If you’ve ever tried to sue someone in court — and then tried to collect on the judgment — you know what a hassle that is. Sometimes it’s impossible. But musicians who work under union contracts don’t have to worry about paying a lawyer or endless lawsuits.
One of Local 802’s main jobs is to make sure musicians are paid their fair share. And the numbers for last year just came out: in 2008, Local 802 collected about $3.2 million for musicians. That is the most the union has ever collected for musicians in recent memory, and it may be the most Local 802 has ever won for musicians in its history.
“During a recession, it’s more important than ever that the union is vigilant about enforcing contracts and making sure that musicians get every penny they are owed,” Local 802 President Mary Landolfi told Allegro. “No one can afford to be underpaid just because an employer made a mistake — deliberate or otherwise. Our job is to catch those mistakes.”
The money that the union collects comes from missing wages, health, pension, cartage, parking and any other benefits in a specific contract.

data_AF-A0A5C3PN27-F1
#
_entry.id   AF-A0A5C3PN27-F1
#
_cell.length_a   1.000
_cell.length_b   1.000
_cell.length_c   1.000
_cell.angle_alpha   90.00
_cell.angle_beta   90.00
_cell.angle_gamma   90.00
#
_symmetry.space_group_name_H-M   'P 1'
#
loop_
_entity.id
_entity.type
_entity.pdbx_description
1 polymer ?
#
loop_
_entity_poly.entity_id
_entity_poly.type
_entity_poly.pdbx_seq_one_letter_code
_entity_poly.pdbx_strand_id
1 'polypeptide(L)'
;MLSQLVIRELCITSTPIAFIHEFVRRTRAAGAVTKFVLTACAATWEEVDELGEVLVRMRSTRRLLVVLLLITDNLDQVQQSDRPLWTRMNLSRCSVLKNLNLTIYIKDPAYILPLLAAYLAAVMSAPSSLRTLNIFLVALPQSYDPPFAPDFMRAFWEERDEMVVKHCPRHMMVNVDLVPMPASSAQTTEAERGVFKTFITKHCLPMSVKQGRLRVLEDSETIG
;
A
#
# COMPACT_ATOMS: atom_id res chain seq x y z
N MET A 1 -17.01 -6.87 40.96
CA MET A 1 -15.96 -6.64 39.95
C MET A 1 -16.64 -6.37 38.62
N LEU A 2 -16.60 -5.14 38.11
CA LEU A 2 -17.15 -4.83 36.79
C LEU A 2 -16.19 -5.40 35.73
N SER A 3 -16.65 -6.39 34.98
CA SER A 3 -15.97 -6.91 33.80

- As usual, the Recording Department led the pack in the amount of money recovered for musicians. Its total was $2.7 million, which involved 5,843 musician session-dates (see separate story).
- The Theatre Department brought in $256,000 for musicians, including grievances at “Cyrano,” “Legally Blonde,” and “A Tale of Two Cities.”
- The Concert Department collected $127,000 for musicians from a variety of orchestras.
- The Club Date Department collected $64,000 for musicians and the Music Prep Department collected $25,000.
These totals indicate how much money the union won in wages and benefits that were returned to musicians. However, the union actually collected even more money from employers if you count missing work dues that the union was able to recover. Since this money doesn’t go directly to musicians, but instead helps the union operate, we traditionally don’t include those totals in these tallies.